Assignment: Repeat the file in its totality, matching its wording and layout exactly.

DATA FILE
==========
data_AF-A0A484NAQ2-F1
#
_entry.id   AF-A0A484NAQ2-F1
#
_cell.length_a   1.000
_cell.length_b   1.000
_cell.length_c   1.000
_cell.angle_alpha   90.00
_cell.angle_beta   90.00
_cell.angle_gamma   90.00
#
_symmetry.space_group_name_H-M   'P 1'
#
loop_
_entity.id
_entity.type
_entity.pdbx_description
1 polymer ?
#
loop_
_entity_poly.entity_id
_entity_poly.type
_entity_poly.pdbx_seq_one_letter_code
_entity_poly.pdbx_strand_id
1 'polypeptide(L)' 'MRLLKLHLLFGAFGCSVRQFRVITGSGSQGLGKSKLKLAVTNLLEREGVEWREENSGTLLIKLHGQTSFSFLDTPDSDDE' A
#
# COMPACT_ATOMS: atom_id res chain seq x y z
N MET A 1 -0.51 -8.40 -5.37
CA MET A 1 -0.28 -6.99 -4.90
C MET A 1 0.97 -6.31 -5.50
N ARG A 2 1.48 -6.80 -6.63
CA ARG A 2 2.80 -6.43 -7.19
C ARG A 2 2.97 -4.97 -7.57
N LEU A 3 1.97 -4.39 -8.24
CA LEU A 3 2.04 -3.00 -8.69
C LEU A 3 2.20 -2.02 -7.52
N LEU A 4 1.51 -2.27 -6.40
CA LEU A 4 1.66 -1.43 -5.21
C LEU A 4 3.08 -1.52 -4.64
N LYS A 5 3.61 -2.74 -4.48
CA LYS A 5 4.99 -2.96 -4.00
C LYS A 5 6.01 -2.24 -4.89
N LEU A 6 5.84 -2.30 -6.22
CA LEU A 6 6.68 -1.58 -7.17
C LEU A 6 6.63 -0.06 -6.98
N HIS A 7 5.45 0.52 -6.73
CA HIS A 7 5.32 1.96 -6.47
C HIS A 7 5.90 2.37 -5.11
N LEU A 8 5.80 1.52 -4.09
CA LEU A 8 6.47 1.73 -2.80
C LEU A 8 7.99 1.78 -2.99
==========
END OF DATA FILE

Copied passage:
data_AF-A0A484NAQ2-F1
#
_entry.id   AF-A0A484NAQ2-F1
#
_cell.length_a   1.000
_cell.length_b   1.000
_cell.length_c   1.000
_cell.angle_alpha   90.00
_cell.angle_beta   90.00
_cell.angle_gamma   90.00
#
_symmetry.space_group_name_H-M   'P 1'
#
loop_
_entity.id
_entity.type
_entity.pdbx_description
1 polymer ?
#
loop_
_entity_poly.entity_id
_entity_poly.type
_entity_poly.pdbx_seq_one_letter_code
_entity_poly.pdbx_strand_id
1 'polypeptide(L)' 'MRLLKLHLLFGAFGCSVRQFRVITGSGSQGLGKSKLKLAVTNLLEREGVEWREENSGTLLIKLHGQTSFSFLDTPDSDDE' A
#
# COMPACT_ATOMS: atom_id res chain seq x y z
N MET A 1 -0.51 -8.40 -5.37
CA MET A 1 -0.28 -6.99 -4.90
C MET A 1 0.97 -6.31 -5.50
N ARG A 2 1.48 -6.80 -6.63
CA ARG A 2 2.80 -6.43 -7.19
C ARG A 2 2.97 -4.97 -7.57
N LEU A 3 1.97 -4.39 -8.24
CA LEU A 3 2.04 -3.00 -8.69
C LEU A 3 2.20 -2.02 -7.52
N LEU A 4 1.51 -2.27 -6.40
CA LEU A 4 1.66 -1.43 -5.21
C LEU A 4 3.08 -1.52 -4.64
N LYS A 5 3.61 -2.74 -4.48
CA LYS A 5 4.99 -2.96 -4.00
C LYS A 5 6.01 -2.24 -4.89
N LEU A 6 5.84 -2.30 -6.22
CA LEU A 6 6.68 -1.58 -7.17
C LEU A 6 6.63 -0.06 -6.98
N HIS A 7 5.45 0.52 -6.73
CA HIS A 7 5.32 1.96 -6.47
C HIS A 7 5.90 2.37 -5.11
N LEU A 8 5.80 1.52 -4.09
CA LEU A 8 6.47 1.73 -2.80
C LEU A 8 7.99 1.78 -2.99